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Chinese media attack Pentagon report, 2007
By Mure Dickie in Beijing
Published: May 27 2007 17:12 | Last updated: May 27 2007 17:12
The newspaper of China's ruling Communist party has condemned last week's report from the US defence department highlighting the growing strength of Chinese military forces as "slanderous" and "exaggerated".
The Pentagon's latest annual report to the US Congress on Chinese military development – released on Friday – cited, in particular, Beijing's introduction of more powerful and survivable nuclear forces and its development of anti-satellite weapons. It called for greater transparency over China's military planning.
Officials in Beijing did not immediately respond to the 42-page report, but the official media moved quickly to dismiss it as ill-informed and one-sided.
The report, like previous versions, contained "absurd" commentary and constituted an attack on China's defence modernisation, said the People's Daily newspaper, the mouthpiece of the Communist party.
"The 2007 report again seeks to mislead international opinion with its erroneous point of view, and this clearly goes against the current mainstream of developing ties between these two countries and their militaries," the newspaper said in a signed commentary.
"In ignoring the facts and deliberately playing up the so-called China military threat, the report absolutely does not have a leg to stand on," it said.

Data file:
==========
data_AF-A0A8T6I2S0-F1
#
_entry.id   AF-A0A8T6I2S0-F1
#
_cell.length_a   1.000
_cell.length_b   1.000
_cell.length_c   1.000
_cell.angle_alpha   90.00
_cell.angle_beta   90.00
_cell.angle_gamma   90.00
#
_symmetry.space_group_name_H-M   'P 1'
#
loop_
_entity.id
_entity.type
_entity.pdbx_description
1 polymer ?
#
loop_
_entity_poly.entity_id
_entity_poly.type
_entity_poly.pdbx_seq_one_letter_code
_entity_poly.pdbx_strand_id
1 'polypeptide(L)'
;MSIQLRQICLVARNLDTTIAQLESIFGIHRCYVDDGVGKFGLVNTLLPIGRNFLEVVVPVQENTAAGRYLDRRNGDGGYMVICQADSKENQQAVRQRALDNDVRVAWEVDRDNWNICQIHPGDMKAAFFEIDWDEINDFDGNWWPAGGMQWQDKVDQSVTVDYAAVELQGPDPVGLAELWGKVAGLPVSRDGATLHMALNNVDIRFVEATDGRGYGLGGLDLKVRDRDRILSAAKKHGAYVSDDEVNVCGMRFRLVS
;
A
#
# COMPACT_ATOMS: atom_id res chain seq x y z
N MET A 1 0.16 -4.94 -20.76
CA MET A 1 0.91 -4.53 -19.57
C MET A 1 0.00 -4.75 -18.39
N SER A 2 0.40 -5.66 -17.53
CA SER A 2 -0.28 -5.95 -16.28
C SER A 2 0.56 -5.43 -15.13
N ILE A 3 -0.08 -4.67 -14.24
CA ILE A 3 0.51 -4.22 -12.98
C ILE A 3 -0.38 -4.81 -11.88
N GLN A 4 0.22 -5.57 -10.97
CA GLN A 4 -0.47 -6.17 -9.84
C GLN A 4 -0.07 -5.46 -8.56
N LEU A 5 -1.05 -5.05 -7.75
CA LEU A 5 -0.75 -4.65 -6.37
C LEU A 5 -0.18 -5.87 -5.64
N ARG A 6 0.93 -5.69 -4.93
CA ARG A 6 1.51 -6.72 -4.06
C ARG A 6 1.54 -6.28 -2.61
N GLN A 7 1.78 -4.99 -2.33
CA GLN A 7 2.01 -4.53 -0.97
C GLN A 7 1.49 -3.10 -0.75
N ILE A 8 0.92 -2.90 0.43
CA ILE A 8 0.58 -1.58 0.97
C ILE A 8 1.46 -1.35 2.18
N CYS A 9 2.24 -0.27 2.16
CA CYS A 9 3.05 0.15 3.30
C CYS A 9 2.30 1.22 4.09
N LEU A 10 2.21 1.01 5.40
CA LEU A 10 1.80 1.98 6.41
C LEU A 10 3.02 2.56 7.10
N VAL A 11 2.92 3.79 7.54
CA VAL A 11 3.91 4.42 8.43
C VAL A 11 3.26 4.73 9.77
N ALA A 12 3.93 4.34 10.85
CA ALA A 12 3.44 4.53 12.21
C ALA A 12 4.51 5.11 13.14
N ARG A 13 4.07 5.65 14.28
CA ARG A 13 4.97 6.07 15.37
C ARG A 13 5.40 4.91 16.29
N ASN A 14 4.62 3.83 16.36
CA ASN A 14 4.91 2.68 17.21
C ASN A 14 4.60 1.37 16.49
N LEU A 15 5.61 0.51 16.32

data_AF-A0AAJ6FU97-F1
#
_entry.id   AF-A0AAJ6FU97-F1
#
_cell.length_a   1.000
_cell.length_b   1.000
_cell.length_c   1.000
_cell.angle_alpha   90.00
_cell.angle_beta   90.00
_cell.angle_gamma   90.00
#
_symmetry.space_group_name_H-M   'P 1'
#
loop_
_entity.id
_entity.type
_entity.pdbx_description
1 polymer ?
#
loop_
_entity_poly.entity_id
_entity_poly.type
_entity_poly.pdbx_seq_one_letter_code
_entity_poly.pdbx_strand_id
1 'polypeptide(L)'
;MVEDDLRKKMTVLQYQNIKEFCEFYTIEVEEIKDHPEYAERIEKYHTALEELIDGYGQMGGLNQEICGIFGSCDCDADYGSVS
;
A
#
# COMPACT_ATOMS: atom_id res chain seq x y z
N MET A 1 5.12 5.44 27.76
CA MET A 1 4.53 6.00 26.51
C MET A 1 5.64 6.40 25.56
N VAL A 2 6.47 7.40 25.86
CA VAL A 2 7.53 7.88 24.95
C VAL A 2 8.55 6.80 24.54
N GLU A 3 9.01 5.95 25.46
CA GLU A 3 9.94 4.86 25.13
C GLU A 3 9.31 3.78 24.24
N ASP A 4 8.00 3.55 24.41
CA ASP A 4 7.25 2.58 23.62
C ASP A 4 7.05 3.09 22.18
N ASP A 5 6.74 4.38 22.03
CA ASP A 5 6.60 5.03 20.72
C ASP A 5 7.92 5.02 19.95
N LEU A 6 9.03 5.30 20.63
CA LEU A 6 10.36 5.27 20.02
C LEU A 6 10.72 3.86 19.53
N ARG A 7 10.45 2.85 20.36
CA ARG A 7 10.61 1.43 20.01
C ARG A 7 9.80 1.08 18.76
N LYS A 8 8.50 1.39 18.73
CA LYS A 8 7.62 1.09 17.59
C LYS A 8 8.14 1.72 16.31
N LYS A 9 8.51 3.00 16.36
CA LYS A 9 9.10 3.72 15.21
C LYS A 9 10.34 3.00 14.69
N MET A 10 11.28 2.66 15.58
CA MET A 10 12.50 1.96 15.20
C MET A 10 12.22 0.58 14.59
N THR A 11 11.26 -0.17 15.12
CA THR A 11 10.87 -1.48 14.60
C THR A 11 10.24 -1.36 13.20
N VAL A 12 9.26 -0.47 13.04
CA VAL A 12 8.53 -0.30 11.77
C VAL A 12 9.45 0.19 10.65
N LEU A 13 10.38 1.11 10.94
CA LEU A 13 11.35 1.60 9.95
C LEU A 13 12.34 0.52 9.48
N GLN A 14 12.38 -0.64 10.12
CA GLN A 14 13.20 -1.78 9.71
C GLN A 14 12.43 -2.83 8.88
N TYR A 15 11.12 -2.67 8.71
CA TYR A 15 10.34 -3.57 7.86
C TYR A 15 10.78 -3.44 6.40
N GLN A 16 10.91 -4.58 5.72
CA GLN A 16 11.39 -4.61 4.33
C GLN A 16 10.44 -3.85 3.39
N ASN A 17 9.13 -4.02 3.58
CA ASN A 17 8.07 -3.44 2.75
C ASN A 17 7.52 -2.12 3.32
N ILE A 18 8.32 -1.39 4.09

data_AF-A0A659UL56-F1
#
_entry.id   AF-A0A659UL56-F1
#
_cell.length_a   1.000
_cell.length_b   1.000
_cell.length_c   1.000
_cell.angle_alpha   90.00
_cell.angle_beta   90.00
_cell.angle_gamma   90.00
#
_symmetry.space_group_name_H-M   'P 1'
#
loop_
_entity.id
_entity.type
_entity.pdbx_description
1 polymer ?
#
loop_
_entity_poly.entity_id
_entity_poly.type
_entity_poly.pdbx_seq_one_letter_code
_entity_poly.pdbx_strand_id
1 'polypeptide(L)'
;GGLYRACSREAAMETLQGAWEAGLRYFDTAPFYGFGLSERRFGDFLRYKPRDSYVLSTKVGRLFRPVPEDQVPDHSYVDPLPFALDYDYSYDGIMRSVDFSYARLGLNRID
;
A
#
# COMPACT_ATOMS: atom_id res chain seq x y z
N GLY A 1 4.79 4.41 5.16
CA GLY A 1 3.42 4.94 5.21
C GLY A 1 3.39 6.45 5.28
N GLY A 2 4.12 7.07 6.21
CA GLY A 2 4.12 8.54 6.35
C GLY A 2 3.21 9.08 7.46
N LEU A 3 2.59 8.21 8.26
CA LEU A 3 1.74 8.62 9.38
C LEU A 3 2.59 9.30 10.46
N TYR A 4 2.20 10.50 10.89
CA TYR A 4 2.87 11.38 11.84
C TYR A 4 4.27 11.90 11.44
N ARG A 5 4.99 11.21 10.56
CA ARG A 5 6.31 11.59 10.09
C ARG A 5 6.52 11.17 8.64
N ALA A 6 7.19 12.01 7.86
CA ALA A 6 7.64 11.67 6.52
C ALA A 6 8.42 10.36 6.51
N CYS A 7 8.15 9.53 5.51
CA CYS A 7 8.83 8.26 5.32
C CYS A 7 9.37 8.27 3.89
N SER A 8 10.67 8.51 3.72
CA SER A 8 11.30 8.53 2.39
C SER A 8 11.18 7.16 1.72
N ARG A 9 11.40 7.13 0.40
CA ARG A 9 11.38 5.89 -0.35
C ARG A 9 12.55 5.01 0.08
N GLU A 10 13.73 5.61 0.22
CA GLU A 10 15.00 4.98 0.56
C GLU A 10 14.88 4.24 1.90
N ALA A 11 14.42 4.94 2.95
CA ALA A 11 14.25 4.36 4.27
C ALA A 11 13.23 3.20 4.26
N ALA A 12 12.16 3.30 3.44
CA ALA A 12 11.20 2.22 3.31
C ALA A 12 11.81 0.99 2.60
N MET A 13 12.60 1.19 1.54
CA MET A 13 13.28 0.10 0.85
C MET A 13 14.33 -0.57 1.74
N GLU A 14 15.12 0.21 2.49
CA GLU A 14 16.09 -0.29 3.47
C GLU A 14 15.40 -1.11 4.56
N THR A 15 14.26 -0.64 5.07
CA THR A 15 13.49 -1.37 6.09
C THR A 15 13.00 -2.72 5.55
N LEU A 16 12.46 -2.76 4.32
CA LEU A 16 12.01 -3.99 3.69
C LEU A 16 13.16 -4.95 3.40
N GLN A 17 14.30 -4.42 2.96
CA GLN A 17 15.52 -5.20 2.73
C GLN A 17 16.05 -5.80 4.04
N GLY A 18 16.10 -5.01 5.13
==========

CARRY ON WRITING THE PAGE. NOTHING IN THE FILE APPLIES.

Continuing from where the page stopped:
The Pentagon report has become an annual window both into developments in the highly secretive Chinese military and into the attitudes and concerns of US defence planners, who see Beijing as a potent potential future adversary.
The 2007 report said China was seeking a "long-term comprehensive transformation" of its military forces and that its "actions in certain areas increasingly appear inconsistent with its declaratory policies". The People's Daily commentary did not address in detail the report's discussion of Chinese capabilities – stressing instead the right of any nation to maintain an "appropriate" military force.
It highlighted China's commitment to peace, while noting the military's goal of protecting the country's territory – a mission Beijing sees as including any action needed to uphold its claim to sovereignty over Taiwan, which the mainland government regards as a renegade province.
However, while the Pentagon's report said Taiwan remained the "near-term focus" of Chinese military preparations, Beijing also seemed to be developing forces capable of intervening in "other regional contingencies, such as conflict over resources or territory".
It said: "The outside world has limited knowledge of the motivations, decision-making and key capabilities supporting China's military modernisation. This lack of transparency in China's military affairs will naturally and understandably prompt international responses that hedge against the unknown."
Chinese analysts have said that their country's military secrecy is understandable, given the huge gap in technological capabilities between its forces and those of the US.
"Everybody knows that the US is the world's top military power," said the People's Daily. "Even so, the US continues to strive for absolute military superiority as it pushes forward its military transformation in a blaze of publicity."
Copyright The Financial Times Limited 2007
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